M. DELCASSE'S POLICY. T HE advocates of democracy, when they are
thought- ful men, as they often.are, must be a little startled by the spectacle which Europe just now presents. All the peoples are raging like fools, while the Kings and statesmen are behaving like men of judgment. Unless the great body of the Continental Press is hopelessly at variance with its constituents, a phenomenon which, though it occurs in districts, rarely occurs in nations, the peoples are wild with spite against Great Britain on account of this South African War, and are eager that their Governments should intervene to protect the Boer Republics. They are crazy with jealousy of British prosperity ; they are angry at the evidence that the haughty islanders can without a conscription send a large army beyond 'sea ; and they have imbibed the idea that if England wins the battle, the mines of gold and diamonds, which are already the property of individual Englishmen, will BO enrich the Empire that it will be irresistible. They are all, therefore, eager to interfere, and have grown so excited that they believe Dr. Leyds's stories about British defeats, about General Joubert's vast plans for our expulsion from Africa, and about our approaching downfall, and a consequent partition of the pos- sessions of the "great pirate State." The popular papers in France positively scream with rage, and like most Southerners in that mood, grow obscene in their abuse ; the Germans, though moderate in words, wish heartily for our defeat, and expect it ; the Austrians sulkily admit that it is no business of theirs, but that, nevertheless, Boers are good and Englishmen bad ; while the Russians positively rave over the Nemesis which they profess to believe has overtaken their ancient enemy. So maddened are the Continentals by their own rage that they all almost with one consent declare their hope that Great Britain will be compelled to resort to the conscription ; in other words, that Great Britain will shortly have five h und red thousand soldiers in barracks and two millions in reserve. That change, which would make this country dictatrix of the world, and probably unbearable, would, they think, be "a consolation to the Continent, and to all the hearts now burning under British pretensions." All this while the Sovereigns and statesmen, though probably unfriendly to England, from which they dread an economic competition that, as they think, breeds Socialists in their dominions, are telling the peoples as plainly as they dare that they are making idiots of themselves, that Great Britain will prevail in the war, that whether she does or not her enemies will reap nothing, that the war makes no differ- ence to the strength of the British Fleet, that America is sincerely friendly to the wrong side, and that however well founded popular dislikes may be, this is not the hour for trying final conclusions with the Anglo-Saxon race. The Czar, after perhaps a short inquiry through Muravieff as to the depth of Continental feeling, once more fixes his eyes upon Japan ; the Austrian Government lets it b3 known that its interests are unaffected; the German Emperor pays a visit of a week to the British Court, and is enthusiastic over his reception; and M. Delcasse, French Minister of Foreign Affairs, makes a speech which for shrewd common-sense and courageous clearness has not been surpassed in this generation. He dealt with the arguments of the hotheads one by one, and he smashed them all. We ought, says one very loud party, 'to seize a port in China as the Russians and the English have done ; we are being left out of the great race.' 'Suppose we think,' retorts M. Delcasse, 'of the interests of France, and not of the acts of other people, and remember when men talk of obtaining an entrance into China that we are masters of Judo-China, an, Empire twice the size of France, which marches with China, and which possibly has not yet attained its defini- tive boundaries, though as Yunnan is an English interest as well as a French, and Kwangsi is chiefly rich in pirates. the stretching of those boundaries demands time and reflection. There are others in France,' continued the Minister, .who demand instant intervention in South Africa, and though the British Premier has repudiated inter- vention, they think that does not matter and hold it good policy to shake a fist at the universe. I would ask them to specify where they will intervene, and require them to remember that France, whose population does not increase, has already territories eight times the size of the mother- country which are not yet utilised. Surely it. is wiser to consolidate them and make them useful.' The sentences we have so briefly summarised must have been terribly bitter to the Chauvinist party, but they were unanswer- able, and the loudest talkers against the Ministers shrank back in silence, a fact the more remarkable because of the opportunity given for rhetorical display, while the Chamber on Monday granted all the credits asked for by a majority of 147.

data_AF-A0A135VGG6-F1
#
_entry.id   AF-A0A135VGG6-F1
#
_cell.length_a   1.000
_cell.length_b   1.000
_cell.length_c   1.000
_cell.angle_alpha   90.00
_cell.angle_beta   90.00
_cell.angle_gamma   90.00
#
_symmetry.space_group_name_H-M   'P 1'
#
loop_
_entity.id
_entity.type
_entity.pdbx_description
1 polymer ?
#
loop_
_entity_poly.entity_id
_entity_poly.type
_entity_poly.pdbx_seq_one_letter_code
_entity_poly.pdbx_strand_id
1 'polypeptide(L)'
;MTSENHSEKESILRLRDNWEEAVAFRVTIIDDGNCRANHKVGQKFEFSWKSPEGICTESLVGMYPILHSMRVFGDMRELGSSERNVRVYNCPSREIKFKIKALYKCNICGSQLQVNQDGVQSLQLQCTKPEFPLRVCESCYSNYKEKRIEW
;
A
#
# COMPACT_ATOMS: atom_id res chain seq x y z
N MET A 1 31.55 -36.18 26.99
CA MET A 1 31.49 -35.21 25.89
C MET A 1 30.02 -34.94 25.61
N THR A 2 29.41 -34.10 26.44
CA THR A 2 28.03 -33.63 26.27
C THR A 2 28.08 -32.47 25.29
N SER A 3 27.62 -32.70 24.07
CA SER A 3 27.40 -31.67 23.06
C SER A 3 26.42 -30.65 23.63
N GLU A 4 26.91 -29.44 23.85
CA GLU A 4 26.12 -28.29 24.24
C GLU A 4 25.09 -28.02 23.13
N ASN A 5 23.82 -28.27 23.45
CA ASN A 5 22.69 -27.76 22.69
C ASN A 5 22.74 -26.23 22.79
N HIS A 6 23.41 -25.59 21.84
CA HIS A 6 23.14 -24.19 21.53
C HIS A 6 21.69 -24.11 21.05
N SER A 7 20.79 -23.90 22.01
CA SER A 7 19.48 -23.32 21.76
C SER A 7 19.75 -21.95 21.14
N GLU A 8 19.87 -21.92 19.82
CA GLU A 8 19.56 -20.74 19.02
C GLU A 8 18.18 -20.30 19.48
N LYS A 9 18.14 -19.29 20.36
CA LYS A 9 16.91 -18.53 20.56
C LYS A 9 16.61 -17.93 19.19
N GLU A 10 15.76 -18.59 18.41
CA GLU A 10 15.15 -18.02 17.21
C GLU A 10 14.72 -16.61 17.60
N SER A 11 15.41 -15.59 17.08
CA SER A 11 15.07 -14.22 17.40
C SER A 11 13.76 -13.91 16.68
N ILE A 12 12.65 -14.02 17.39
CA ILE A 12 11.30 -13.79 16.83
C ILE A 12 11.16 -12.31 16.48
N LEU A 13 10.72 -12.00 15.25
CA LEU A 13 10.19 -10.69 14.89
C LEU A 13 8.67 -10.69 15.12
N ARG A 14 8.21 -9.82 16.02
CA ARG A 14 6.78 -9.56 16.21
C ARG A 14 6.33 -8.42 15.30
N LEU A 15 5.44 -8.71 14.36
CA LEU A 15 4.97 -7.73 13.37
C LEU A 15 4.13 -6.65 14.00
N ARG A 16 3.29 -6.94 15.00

This wide difference between the decisions of Con- tinental statesmen and the language of their peoples is unusual, and is the more worthy of attention because it may continue for a long time. The future of the South African War will hardly soothe the raging " patriots " of the Continent, who feel like dogs when they see biscuit going and none of it comes their way, and we may rely on it that when the final settlement is made the screams will become even shriller and more acute. The military rulers of the Continent are not, however, in the least likely to obey the popular voice unless they see a chance of victory, and they recognise fully that victory would depend upon com- parative sea-power. They will, therefore remain passive, and in spite of the noise they have the control of the situation. The Press represents most important and influential interests, but it does not, as the Vote of the French Chamber shows, represent the mass of the electors, who understand nothing of colonial policy, who do not know whether South Africa is a colony or a continent, and who, though willing to fight if their leaders tell them they must, are much more willing to go on working and earning their household dinners. Englishmen are apt to fancy that in the end the popular voice must be obeyed, but that is not in such questions as we are now discussing absolutely true. It is the most difficult thing in the world even now, when a popular cry seems to shatter the air, for a nation to enter on a war or go on with a war with its Government disapproving ; and when the Government cannot be removed it is next door to im- possible. We all saw that at the end of the Crimean War, when two Englishmen out of three would have paid a double Income-tax rather than accept what they thought a profitless peace ; and the statement is true of peoples much less self-controlled. The French were supposed to be wild for war in 1870, and the Parisians really were so, yet though Napoleon feared for his dynasty he determined not to fight, and would but for the Empress Eugenie have successfully maintained the peace. The real danger to this country from the exasperation of Continental opinion, so far as it is genuine and not a mere product of vapouring talk, is that Governments and peoples may agree to a reck- less increase of shipbuilding with borrowed money, and thus force us either into still greater expenditure on our squadrons, or into entangling alliances intended not to effect anything, but to break a coalition. The wise and moderate action of the statesmen of the Continent is not dictated by any love for us, but by a keen perception of their own interests, and of the wisdom of awaiting with statesmanlike patience a better opportunity. It is well, therefore, to make their task easier by avoiding provoca- tion, and especially those taunts which are to men who have all been bred in barracks challenges to fight. It is only the English who believe that "hard words break no bones," and they only believe it when their tempers have been sweetened by success.